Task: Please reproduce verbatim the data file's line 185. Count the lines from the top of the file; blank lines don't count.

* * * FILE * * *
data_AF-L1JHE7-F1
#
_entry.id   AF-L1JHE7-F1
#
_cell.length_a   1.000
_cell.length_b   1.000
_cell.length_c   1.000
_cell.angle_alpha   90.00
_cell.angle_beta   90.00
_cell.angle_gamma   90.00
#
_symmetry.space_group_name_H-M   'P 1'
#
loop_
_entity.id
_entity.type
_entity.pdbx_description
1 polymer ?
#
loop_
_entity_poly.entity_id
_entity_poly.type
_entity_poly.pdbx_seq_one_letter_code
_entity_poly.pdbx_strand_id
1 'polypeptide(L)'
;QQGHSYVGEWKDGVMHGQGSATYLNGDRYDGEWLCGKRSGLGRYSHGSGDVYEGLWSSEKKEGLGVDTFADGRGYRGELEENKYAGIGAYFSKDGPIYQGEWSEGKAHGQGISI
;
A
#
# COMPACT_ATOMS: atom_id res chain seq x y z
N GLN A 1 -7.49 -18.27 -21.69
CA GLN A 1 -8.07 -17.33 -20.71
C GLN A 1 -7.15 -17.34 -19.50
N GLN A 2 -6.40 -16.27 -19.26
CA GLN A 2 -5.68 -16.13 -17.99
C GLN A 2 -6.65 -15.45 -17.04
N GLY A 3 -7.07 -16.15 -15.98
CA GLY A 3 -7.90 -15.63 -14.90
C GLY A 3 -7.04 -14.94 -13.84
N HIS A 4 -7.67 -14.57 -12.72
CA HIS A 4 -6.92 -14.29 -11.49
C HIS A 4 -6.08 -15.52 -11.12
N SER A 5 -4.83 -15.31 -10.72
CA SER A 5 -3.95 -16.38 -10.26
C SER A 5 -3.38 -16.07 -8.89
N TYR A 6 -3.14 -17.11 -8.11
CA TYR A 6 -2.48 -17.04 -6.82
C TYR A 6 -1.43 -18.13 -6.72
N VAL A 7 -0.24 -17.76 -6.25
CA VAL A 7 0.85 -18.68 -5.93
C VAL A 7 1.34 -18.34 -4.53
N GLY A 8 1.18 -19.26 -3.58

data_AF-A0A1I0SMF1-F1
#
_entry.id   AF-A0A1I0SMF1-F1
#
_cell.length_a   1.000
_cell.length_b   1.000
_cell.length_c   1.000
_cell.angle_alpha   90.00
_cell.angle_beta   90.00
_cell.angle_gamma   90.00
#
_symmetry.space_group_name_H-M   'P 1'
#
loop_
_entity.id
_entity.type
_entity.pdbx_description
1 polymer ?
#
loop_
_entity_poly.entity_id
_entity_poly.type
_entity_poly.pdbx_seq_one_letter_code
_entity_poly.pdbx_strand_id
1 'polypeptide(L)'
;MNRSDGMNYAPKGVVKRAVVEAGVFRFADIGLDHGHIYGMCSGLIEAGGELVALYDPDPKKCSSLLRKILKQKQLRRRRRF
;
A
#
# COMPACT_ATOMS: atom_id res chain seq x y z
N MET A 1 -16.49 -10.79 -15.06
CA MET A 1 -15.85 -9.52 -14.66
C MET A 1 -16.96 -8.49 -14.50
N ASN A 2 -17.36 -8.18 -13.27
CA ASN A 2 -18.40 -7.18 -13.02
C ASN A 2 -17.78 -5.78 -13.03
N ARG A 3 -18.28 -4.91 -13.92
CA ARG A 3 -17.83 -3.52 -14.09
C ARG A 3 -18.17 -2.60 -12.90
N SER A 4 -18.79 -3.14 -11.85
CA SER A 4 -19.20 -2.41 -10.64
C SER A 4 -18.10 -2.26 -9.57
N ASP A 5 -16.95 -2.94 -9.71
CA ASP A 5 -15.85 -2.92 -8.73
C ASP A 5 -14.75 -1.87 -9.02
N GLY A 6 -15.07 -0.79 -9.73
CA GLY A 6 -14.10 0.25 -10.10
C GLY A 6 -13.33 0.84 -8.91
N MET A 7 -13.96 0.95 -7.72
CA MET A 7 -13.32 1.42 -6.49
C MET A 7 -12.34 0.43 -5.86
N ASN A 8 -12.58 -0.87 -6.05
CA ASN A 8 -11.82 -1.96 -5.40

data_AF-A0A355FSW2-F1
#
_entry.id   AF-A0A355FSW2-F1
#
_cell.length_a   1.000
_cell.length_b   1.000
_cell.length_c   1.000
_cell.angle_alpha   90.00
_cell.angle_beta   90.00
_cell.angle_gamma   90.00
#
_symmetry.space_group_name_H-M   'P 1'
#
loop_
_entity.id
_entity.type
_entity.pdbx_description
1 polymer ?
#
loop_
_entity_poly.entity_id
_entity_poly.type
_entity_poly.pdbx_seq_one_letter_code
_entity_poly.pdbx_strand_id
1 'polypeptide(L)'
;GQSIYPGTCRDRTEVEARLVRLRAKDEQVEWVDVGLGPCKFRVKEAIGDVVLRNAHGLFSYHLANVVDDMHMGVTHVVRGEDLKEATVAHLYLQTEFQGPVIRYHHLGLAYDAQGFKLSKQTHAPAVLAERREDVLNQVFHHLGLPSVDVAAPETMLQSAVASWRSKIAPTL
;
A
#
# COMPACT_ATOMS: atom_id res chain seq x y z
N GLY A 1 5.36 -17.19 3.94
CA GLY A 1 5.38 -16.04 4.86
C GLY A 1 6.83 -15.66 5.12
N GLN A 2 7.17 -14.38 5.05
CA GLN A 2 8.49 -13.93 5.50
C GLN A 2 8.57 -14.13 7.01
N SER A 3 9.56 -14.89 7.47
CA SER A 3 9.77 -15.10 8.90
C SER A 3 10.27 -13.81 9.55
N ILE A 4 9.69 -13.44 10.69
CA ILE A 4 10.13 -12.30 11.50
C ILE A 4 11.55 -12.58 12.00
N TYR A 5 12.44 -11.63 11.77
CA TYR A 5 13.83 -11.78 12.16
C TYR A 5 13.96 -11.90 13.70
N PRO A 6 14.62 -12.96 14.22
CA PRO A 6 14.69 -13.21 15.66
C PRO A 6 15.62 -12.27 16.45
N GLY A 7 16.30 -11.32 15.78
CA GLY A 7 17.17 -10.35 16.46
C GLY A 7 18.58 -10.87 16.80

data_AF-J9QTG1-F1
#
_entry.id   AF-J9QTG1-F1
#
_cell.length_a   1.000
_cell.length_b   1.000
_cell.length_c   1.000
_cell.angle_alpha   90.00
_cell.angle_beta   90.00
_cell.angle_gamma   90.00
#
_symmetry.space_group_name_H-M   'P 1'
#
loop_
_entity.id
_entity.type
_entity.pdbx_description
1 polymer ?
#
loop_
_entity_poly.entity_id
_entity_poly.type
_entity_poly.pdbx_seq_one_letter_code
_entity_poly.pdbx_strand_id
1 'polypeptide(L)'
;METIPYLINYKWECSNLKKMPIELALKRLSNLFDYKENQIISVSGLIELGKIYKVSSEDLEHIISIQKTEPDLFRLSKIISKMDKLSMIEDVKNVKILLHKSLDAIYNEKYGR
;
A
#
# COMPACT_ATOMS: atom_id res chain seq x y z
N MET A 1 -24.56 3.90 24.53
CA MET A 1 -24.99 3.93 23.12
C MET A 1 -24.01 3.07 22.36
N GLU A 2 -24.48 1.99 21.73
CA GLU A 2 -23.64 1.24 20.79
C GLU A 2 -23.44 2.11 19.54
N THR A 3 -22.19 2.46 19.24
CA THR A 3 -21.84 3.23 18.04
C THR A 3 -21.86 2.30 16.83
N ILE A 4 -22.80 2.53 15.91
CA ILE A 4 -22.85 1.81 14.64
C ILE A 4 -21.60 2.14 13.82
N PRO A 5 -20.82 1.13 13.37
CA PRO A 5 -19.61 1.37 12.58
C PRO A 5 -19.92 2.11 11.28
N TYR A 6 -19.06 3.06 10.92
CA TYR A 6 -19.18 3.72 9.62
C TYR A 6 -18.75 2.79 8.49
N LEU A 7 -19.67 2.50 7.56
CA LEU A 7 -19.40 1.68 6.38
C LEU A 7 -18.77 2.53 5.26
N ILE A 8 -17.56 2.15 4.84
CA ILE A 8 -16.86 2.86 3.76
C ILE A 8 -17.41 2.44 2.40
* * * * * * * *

#